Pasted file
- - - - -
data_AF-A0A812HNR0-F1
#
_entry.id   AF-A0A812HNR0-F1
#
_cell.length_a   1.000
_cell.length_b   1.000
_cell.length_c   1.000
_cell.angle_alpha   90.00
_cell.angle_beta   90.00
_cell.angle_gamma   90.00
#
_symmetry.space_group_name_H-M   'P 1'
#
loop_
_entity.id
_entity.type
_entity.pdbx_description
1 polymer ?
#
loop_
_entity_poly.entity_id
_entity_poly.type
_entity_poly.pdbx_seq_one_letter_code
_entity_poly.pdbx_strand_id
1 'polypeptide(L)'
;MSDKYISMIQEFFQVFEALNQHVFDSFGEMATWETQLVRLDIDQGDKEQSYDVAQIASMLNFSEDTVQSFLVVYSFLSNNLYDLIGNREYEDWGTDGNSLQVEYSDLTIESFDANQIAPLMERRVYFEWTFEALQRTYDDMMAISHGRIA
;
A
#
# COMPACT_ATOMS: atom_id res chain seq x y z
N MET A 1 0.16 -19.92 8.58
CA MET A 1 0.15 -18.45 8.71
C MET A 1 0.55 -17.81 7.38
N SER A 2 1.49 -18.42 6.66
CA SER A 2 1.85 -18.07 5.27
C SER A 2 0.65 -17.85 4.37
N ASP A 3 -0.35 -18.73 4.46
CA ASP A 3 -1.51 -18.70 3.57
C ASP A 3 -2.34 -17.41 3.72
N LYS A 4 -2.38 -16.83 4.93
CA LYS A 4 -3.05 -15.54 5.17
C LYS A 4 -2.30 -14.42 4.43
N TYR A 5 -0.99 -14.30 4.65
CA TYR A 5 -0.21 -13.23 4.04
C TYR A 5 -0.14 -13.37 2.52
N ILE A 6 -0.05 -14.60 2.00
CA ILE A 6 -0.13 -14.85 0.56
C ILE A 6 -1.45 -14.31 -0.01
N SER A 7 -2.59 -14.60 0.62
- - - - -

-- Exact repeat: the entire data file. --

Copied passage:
data_AF-A0A812HNR0-F1
#
_entry.id   AF-A0A812HNR0-F1
#
_cell.length_a   1.000
_cell.length_b   1.000
_cell.length_c   1.000
_cell.angle_alpha   90.00
_cell.angle_beta   90.00
_cell.angle_gamma   90.00
#
_symmetry.space_group_name_H-M   'P 1'
#
loop_
_entity.id
_entity.type
_entity.pdbx_description
1 polymer ?
#
loop_
_entity_poly.entity_id
_entity_poly.type
_entity_poly.pdbx_seq_one_letter_code
_entity_poly.pdbx_strand_id
1 'polypeptide(L)'
;MSDKYISMIQEFFQVFEALNQHVFDSFGEMATWETQLVRLDIDQGDKEQSYDVAQIASMLNFSEDTVQSFLVVYSFLSNNLYDLIGNREYEDWGTDGNSLQVEYSDLTIESFDANQIAPLMERRVYFEWTFEALQRTYDDMMAISHGRIA
;
A
#
# COMPACT_ATOMS: atom_id res chain seq x y z
N MET A 1 0.16 -19.92 8.58
CA MET A 1 0.15 -18.45 8.71
C MET A 1 0.55 -17.81 7.38
N SER A 2 1.49 -18.42 6.66
CA SER A 2 1.85 -18.07 5.27
C SER A 2 0.65 -17.85 4.37
N ASP A 3 -0.35 -18.73 4.46
CA ASP A 3 -1.51 -18.70 3.57
C ASP A 3 -2.34 -17.41 3.72
N LYS A 4 -2.38 -16.83 4.93
CA LYS A 4 -3.05 -15.54 5.17
C LYS A 4 -2.30 -14.42 4.43
N TYR A 5 -0.99 -14.30 4.65
CA TYR A 5 -0.21 -13.23 4.04
C TYR A 5 -0.14 -13.37 2.52
N ILE A 6 -0.05 -14.60 2.00
CA ILE A 6 -0.13 -14.85 0.56
C ILE A 6 -1.45 -14.31 -0.01
N SER A 7 -2.59 -14.60 0.62